I already mentioned Feel Feel Bonsai on this blog. As a reminder, it’s a project and installation located on Megijima and – as you have figured – it’s about bonsai. It’s interesting in many ways, including the fact that it gives a contemporary twist to a very old art, that it associate bonsai making with interior design, and just because – as the name says – it’s just a place where feelings matter, and the main feeling when I visit it is a very soothing and relaxing one. The project is a result of a collaboration between Masashi Hirao and Setouchi Cogeiz. Another of its particularities is that it changes for every season of the Setouchi Triennale. Let’s start with reminding you what it looked like in the Spring by inviting you to read this post again.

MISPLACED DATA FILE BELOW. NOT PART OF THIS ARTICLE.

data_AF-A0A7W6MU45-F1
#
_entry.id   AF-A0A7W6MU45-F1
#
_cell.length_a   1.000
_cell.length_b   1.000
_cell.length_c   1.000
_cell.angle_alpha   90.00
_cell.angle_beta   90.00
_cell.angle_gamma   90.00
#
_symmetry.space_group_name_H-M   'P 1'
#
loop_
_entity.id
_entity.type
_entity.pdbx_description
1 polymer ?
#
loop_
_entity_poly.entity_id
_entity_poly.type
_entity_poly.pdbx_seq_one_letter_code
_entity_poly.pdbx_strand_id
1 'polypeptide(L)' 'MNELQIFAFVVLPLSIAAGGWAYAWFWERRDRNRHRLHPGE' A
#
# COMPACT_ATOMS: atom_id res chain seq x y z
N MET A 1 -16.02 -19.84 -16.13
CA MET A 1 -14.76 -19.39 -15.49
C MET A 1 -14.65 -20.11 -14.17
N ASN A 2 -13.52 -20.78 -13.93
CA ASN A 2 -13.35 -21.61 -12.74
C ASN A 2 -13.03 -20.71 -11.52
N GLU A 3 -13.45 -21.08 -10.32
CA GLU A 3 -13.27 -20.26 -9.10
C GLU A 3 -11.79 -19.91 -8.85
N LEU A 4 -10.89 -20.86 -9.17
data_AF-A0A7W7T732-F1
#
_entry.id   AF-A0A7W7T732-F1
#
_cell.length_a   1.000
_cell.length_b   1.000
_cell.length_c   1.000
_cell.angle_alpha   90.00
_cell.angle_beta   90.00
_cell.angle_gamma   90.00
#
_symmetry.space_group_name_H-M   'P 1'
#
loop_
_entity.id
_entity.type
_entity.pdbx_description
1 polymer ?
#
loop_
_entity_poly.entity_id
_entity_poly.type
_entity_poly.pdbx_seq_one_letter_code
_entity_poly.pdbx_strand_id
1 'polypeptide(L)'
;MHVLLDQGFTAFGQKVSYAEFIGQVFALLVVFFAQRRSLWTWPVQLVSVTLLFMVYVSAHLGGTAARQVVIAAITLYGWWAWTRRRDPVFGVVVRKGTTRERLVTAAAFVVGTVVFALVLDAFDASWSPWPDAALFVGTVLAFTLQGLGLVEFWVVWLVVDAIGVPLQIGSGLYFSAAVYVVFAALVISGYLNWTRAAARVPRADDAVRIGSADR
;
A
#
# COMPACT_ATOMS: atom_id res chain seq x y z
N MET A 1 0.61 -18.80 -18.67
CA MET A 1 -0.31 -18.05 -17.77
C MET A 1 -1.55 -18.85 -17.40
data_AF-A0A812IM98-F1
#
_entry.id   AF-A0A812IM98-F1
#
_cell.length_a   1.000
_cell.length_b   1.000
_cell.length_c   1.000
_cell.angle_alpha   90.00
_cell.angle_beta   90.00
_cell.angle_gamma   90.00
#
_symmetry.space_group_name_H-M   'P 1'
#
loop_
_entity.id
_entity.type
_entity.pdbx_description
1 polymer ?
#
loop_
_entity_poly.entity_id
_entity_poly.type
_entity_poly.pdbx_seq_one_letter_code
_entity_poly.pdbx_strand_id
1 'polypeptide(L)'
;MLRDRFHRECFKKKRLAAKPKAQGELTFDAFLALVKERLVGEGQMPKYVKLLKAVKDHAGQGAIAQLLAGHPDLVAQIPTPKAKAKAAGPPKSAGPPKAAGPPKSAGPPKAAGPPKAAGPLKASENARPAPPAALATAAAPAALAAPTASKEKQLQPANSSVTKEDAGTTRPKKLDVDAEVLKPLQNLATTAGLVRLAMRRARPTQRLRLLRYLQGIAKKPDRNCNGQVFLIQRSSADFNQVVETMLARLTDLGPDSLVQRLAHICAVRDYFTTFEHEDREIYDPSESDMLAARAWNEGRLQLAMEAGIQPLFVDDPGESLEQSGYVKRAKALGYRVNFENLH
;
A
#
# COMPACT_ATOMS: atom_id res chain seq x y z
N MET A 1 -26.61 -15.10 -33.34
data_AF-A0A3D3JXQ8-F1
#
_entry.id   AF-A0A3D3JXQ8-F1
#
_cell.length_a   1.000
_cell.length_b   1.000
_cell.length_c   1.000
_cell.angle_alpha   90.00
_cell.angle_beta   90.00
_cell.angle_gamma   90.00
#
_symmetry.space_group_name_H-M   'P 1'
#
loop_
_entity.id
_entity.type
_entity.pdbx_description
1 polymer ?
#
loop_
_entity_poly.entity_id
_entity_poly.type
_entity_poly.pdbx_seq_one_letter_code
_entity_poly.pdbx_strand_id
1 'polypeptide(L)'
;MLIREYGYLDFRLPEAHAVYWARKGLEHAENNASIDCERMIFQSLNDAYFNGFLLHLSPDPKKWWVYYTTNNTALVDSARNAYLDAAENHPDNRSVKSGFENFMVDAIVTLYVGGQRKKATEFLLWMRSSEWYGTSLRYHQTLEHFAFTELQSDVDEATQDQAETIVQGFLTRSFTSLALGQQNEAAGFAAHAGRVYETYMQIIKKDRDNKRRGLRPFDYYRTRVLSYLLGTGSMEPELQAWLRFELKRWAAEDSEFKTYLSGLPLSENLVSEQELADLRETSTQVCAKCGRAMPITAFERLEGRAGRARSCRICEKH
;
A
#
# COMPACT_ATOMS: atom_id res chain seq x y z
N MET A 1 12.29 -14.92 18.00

Yesterday, I was on Megijima for a completely different reason (the REAL time FOOD project). However, I took the opportunity to stop by Feel Feel Bonsai for a few minutes to see what it looks like in the fall. And good surprise, Masashi Hirao was there, and even better surprise, he can speak English, so we chatted a little bit. But that’ll be for another post, as I haven’t shown you what it looked like in the summer yet.
So let’s do that right now!
Your eyes are not playing tricks on you, those bonsai are indeed levitating!
Coming soon, the same Feel Feel Bonsai, but in its Fall set up.
Nice to see the differences between summer and autumn. Can’t wait to see autumn in the future.
PS: Will probably start posting my long forms by January. Will have lots of Feel Feel Bonsai photos too. 😉
I’ll post about the Autumn bonsai soon (Maybe I posted a pic or two already), but it felt a bit underwhelming compared to both Spring and Summer. The reason is a noble one though, as most exhibited bonsai were made by Megijima’s residents.